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Best Practices for 2005

by
Dr. Charles Handler
Dec 23, 2004

In my humble opinion 2004, has been a great year for the online hiring industry. I believe this is due to the development of the following trends:

  1. The ATS industry has finally started to get it! The jig is up for companies that have promised to increase quality of hire but fail to offer infrastructure capable of fulfilling the promise. Market demand has required that ATS vendors of all sizes begin to evaluate how they can deliver this essential, but often missing, ingredient. To their credit, most vendors have reacted accordingly and are working hard on a new generation of products that provide the substance required to help their customers make quality hiring decisions.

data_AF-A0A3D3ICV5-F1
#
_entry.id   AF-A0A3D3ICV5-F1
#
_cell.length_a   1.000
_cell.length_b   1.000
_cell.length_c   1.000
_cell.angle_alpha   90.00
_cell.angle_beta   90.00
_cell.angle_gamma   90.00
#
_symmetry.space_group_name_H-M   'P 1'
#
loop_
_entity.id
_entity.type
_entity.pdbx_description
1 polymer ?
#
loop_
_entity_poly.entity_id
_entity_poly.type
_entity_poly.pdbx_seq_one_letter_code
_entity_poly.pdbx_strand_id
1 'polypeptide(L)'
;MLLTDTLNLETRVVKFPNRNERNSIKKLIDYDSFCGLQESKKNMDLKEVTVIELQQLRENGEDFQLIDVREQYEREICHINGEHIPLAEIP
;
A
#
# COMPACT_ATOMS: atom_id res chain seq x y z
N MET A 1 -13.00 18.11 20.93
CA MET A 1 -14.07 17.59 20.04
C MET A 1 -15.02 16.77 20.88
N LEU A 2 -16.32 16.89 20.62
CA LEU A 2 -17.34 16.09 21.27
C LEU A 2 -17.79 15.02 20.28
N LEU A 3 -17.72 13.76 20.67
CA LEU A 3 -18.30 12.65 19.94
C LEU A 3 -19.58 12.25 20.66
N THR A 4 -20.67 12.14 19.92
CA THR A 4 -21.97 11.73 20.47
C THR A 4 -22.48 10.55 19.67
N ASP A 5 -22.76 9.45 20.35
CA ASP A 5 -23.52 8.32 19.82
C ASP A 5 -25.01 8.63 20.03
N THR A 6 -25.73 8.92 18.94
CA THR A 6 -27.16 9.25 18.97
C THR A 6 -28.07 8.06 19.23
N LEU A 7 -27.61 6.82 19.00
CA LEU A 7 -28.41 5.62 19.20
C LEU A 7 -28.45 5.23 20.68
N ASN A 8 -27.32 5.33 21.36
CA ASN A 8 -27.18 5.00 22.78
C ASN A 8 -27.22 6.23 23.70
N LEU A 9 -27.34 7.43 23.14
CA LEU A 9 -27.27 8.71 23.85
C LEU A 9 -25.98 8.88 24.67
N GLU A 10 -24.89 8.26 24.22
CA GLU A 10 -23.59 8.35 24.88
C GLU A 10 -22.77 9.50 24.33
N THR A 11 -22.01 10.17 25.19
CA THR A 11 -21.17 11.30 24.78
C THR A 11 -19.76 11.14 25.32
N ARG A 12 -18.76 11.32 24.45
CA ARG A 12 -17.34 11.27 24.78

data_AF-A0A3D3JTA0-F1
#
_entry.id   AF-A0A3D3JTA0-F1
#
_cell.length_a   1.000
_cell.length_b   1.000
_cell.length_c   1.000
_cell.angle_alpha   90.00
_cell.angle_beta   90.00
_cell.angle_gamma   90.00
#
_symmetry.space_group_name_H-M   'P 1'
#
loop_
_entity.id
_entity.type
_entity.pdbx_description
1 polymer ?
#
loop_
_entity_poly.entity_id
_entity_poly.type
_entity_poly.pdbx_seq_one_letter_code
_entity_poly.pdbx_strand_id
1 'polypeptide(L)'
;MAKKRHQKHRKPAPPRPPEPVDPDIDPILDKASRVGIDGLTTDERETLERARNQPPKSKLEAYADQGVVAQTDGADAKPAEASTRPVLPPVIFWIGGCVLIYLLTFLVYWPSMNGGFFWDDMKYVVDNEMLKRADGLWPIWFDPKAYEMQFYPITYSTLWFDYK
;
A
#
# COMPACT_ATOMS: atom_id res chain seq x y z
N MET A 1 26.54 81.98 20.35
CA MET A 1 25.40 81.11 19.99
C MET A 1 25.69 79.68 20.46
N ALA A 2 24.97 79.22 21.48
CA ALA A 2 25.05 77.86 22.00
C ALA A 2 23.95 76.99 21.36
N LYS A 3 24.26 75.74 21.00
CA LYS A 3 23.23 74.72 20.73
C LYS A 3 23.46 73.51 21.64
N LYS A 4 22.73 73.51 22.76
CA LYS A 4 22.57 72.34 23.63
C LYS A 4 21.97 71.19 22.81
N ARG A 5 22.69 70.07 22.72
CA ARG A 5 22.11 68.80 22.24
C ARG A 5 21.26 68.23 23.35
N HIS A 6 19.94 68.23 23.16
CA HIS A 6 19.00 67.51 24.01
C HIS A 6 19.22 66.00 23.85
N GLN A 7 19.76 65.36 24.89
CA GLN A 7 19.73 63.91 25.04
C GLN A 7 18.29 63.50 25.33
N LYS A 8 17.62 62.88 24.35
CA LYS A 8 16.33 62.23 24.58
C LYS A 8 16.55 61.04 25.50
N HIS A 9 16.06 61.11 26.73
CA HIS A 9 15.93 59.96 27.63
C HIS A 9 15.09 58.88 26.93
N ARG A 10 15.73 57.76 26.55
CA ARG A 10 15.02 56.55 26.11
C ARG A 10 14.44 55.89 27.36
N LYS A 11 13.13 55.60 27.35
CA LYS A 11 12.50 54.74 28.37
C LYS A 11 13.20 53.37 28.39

2. Established assessment vendors have finally start to get it! More and more established assessment companies that have been the cornerstone of the testing market for decades are starting to understand the need to do more than merely deliver tests via the web. These organizations are finally spending money for the R&D needed to help ensure they deliver their content in a more cutting-edge manner.
  3. Organizations are finally starting to get it! Finally, organizations are starting to gain interest in the use of some form of measurement tools that can help them to systematically increase the quality of their hiring decisions. This is a significant trend for several reasons. First of all, it shows that organizations are evolving their thinking about hiring and are interested in using technology to support innovative processes. Secondly, increased interest levels help vendors to justify the outlay of cash for the development of new products and systems.